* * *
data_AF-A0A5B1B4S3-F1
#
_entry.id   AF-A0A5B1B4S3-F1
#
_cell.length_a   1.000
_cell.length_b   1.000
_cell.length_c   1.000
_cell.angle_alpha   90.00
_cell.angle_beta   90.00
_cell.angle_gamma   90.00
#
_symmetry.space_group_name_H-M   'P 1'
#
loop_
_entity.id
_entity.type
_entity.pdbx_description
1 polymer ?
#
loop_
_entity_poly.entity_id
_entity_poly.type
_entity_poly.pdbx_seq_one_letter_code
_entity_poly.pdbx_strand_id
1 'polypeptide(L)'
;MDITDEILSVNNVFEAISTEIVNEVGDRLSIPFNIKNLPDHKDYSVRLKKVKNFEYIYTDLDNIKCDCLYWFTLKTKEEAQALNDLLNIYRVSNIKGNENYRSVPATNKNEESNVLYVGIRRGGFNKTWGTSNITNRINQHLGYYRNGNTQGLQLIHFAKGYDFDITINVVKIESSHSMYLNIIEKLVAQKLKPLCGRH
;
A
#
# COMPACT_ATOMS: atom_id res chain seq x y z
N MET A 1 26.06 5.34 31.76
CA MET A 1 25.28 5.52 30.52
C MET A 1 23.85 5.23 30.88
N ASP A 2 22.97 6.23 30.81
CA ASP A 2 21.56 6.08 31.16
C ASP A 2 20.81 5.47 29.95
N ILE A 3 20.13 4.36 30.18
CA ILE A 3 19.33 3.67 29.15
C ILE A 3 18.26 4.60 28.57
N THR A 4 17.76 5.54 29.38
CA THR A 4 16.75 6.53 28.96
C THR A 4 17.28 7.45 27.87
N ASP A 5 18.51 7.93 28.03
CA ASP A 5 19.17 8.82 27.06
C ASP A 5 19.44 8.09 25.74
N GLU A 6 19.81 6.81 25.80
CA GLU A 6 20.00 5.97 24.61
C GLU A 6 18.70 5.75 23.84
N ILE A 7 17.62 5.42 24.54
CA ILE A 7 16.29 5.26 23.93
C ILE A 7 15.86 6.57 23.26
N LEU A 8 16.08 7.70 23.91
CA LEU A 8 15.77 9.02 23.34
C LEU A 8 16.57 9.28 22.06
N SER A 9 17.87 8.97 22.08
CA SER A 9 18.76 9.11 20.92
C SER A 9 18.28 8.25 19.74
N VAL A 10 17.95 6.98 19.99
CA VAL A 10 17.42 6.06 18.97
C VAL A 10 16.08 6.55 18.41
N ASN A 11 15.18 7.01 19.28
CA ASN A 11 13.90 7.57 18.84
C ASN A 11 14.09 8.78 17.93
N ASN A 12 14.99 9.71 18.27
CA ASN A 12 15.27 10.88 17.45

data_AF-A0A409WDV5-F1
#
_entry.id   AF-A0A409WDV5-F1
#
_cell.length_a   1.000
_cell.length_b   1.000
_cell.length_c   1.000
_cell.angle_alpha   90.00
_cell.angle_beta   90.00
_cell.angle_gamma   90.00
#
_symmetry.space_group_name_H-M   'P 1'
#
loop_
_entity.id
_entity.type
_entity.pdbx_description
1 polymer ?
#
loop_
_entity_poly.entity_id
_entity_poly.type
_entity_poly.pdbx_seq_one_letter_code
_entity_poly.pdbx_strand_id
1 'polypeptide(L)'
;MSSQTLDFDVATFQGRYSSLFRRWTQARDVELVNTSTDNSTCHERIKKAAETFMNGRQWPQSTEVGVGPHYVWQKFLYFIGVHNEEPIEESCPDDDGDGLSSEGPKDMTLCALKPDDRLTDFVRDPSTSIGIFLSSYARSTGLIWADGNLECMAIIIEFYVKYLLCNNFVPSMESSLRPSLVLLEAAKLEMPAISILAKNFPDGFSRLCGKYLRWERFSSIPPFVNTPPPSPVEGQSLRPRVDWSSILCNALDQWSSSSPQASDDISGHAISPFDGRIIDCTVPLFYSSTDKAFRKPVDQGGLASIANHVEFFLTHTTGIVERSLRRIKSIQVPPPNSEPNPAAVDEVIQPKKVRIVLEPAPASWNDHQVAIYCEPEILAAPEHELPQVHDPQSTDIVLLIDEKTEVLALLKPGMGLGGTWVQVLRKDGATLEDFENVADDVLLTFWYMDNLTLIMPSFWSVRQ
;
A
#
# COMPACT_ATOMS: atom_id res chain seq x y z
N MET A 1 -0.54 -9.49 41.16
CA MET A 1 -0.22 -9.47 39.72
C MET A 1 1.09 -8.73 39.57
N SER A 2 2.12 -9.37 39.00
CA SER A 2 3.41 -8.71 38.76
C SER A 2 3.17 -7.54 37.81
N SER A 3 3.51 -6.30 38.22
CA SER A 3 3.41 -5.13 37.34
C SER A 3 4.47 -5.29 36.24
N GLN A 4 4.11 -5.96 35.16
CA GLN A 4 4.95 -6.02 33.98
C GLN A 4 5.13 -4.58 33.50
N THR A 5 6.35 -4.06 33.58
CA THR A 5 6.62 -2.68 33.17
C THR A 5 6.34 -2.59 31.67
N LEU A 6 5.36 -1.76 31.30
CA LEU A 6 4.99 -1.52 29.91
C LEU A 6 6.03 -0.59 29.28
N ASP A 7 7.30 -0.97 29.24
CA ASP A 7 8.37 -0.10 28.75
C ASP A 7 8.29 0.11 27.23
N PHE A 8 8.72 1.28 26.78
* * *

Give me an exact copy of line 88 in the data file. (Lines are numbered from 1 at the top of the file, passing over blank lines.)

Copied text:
_entity_poly.pdbx_seq_one_letter_code